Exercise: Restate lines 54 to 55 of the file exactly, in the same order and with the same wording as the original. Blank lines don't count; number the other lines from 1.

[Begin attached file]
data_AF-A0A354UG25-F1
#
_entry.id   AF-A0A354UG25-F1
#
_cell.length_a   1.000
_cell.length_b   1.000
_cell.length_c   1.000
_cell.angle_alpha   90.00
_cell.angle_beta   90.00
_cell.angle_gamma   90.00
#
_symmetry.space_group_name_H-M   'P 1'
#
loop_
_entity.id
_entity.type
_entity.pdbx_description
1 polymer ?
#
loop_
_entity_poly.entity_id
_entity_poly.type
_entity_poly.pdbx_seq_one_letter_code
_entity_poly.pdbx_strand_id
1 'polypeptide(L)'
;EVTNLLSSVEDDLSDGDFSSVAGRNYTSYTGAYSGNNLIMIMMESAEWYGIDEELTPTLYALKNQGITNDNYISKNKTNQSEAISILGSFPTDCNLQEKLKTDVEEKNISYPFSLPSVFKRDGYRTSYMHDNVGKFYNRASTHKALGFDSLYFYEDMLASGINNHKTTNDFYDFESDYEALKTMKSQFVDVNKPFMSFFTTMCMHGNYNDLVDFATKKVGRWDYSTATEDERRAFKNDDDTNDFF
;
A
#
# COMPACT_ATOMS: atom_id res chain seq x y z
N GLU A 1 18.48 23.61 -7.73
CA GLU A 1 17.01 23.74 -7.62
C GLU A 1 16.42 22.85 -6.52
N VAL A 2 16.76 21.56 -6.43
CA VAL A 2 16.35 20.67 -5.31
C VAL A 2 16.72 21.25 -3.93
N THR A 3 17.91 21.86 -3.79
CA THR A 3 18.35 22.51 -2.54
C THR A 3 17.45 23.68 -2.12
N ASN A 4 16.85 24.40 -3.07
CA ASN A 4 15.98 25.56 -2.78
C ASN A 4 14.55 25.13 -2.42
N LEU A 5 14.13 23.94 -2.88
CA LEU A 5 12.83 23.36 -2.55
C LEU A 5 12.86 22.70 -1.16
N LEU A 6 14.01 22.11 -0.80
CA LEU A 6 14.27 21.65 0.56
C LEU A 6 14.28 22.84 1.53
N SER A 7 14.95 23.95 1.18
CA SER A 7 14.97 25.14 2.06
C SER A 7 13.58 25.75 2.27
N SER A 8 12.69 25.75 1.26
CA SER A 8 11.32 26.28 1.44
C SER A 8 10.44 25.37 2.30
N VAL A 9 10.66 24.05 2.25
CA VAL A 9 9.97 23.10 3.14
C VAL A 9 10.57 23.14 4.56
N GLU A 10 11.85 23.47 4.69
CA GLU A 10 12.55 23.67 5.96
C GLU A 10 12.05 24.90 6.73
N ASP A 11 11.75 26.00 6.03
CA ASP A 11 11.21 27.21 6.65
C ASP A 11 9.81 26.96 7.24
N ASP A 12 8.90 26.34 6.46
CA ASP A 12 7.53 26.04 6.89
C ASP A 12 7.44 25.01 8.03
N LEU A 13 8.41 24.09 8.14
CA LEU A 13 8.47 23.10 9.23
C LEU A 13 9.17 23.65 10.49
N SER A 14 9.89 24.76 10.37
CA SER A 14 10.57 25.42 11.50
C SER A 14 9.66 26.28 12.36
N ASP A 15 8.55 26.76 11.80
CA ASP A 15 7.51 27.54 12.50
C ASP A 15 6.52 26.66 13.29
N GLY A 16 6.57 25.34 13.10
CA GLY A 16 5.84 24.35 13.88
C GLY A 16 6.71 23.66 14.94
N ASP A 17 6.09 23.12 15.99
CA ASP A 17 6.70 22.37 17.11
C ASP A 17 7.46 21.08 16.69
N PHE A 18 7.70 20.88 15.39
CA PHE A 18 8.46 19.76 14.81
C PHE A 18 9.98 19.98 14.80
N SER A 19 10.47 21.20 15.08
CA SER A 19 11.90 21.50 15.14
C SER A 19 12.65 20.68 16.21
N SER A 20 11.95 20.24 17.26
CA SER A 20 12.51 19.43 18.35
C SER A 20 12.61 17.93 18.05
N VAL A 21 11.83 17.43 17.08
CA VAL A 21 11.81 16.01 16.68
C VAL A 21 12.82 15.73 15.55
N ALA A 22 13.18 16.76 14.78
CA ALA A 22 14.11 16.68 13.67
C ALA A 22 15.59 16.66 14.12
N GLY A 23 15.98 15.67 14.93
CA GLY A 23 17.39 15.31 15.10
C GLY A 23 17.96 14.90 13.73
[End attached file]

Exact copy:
C SER A 8 10.44 25.37 2.30
N VAL A 9 10.66 24.05 2.25